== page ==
Initial word out of the Chinese gambling enclave of Macau was that tourists flooded into the city during the National Day Golden Week holiday, a sign the new casino focus on mass-market entertainment was working.
The Macau Government Tourist Office estimated over 1 million tourists arrived on the peninsula between Oct. 1 and Oct. 7, the weeklong national observance that was launched in 1999 to boost tourism, spur the national economy, and make visiting relatives a priority. It was an 8% increase from last year, and with as many as 970,000 people arriving from the mainland, a near-7% increase that accounted for 84% of total visitors, it signaled a welcome rebound for the gambling mecca.
After all, gaming revenues in Macau had been on a better-than-two-year slide after a corruption crackdown by Beijing caused VIP gamblers to lie low in the enclave -- the only place in China where it's legal to gamble -- preferring instead to seek out other locales to place their bets.
But the opening of Wynn Resorts' (NASDAQ:WYNN) new Palace casino in late August seemed to turn the tide. Gaming revenues, which had been heading south all month long, suddenly reversed course and ended 1.1% higher, marking the first month in 26 months that Macau recorded growth in year-over-year gaming revenues.
That was followed by a 7% jump in September after Las Vegas Sands (NYSE:LVS) opened its new Parisian resort in the middle of the month.
Both the Palace and the Parisian -- as well as MGM Resorts' (NYSE:MGM) new MGM Cotai, scheduled to open in the second quarter of 2017 -- are a different kind of casino resort than the two dozen or so existing venues.
Entertainment for the masses
The old gambling halls existed to cater to high rollers, primarily with high-stakes table games like baccarat that VIP gamblers preferred. But concurrent with the corruption crackdown, Macau was also ordered to open up the city to a more mass-market audience and feature forms of entertainment that didn't necessarily involve gambling. Although, casinos such as Melco Crown Entertainment's (NASDAQ:MLCO) Studio City initially offered only mass-audience table games along with a theme-park-like atmosphere featuring roller coasters, a figure-eight Ferris wheel, and other entertainment venues.
While the Palace didn't include such gaudy entertainment, gearing its gambling alternative instead to luxury retail shops, a "dancing water" feature in front of the resort, and a gondola ride that provides views of the city and the Performance Lake, Sands' Parisian features a scaled-down version of the Eiffel Tower that also provides a panoramic view of the Cotai district.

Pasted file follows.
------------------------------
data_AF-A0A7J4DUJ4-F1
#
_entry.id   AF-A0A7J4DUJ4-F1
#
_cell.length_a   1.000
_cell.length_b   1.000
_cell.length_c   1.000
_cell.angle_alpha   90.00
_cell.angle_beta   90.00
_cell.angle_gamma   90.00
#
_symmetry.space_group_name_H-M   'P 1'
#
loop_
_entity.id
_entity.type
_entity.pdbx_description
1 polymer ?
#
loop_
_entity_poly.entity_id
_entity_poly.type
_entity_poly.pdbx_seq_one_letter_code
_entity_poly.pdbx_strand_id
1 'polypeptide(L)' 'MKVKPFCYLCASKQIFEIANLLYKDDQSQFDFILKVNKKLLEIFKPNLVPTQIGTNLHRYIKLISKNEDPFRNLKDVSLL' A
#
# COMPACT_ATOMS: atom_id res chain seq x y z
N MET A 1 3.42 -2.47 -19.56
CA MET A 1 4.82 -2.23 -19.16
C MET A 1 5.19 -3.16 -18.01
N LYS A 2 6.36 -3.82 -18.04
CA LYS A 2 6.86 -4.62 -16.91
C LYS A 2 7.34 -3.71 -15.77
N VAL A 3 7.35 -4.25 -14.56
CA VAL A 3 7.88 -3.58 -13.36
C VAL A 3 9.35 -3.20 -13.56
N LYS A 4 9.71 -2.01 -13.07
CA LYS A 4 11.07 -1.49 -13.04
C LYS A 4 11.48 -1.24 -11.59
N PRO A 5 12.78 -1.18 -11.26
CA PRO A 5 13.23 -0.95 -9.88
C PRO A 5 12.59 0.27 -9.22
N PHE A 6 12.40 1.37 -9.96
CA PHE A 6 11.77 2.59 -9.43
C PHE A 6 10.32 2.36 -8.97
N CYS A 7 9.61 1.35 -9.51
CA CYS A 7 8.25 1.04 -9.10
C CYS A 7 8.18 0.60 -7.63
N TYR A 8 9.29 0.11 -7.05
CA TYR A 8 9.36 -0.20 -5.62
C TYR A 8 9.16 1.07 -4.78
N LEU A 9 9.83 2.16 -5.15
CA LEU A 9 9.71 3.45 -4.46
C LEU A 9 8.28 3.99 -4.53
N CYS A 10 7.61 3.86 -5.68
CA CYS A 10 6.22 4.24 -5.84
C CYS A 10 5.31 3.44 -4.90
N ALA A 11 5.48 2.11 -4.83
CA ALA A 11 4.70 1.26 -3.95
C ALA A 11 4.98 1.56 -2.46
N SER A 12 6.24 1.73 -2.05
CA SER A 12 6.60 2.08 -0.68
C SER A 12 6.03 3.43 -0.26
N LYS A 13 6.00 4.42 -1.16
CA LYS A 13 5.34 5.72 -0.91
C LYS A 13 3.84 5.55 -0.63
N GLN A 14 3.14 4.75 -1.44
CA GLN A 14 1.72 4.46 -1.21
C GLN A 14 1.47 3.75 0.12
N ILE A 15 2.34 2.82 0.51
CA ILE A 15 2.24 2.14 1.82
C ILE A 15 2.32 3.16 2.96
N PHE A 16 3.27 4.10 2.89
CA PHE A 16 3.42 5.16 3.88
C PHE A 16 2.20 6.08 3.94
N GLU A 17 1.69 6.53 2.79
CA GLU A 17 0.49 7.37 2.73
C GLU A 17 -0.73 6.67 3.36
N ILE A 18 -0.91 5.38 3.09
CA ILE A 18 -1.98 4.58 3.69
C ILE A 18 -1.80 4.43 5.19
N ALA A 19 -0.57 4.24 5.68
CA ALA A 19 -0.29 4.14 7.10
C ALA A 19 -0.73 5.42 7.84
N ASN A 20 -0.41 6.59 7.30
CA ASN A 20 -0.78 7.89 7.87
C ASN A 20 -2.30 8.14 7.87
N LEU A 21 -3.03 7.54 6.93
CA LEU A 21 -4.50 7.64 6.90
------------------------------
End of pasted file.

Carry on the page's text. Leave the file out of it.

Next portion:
On the surface, the change in direction for Macau seems justified: Two straight months of higher gaming revenues, and now the successful Golden Week kickoff to October, may be indicating that, with the newly built venues, the crowds really will come.
However, the jury is still out on whether this is a real trend or just a temporary bounce. The higher revenues seen in August and September could have been just one-off events as VIP gamblers returned to see what Wynn and Las Vegas Sands built with all the hype that surrounded the construction. More ominous is the Macau tourism board's revising of its initial estimates downward.
Rather than the 1.15 million tourists it originally said came to Macau, the tourism board decreased the number by a third and said only 770,000 tourists actually showed up in the first week of October, with 720,000, or 25% fewer than the original figure, coming from the mainland.
However, to confuse things, the Macau board included nonresident workers and students in the first data set, but excluded them in the second one, which it says better reflects the peninsula's visitor-arrival situation.
Under the revised numbers, the tourism officials said overall growth was up 19% year over year, with mainland tourist growth 17% higher. Yet there doesn't seem to be a similar breakdown of visitor statistics for the past two annual Golden Week celebrations, which raises the question of why they found it necessary to dice the numbers a little more finely this time.
Regardless, on all accounts the numbers were higher, overriding the worries ahead of the celebrations that there might not be any increase at all. So although there might not be a million reasons to celebrate, Macau's casino operators still have 770,000 of them.
Rich Duprey has no position in any stocks mentioned. The Motley Fool has no position in any of the stocks mentioned. Try any of our Foolish newsletter services free for 30 days. We Fools may not all hold the same opinions, but we all believe that considering a diverse range of insights makes us better investors. The Motley Fool has a disclosure policy.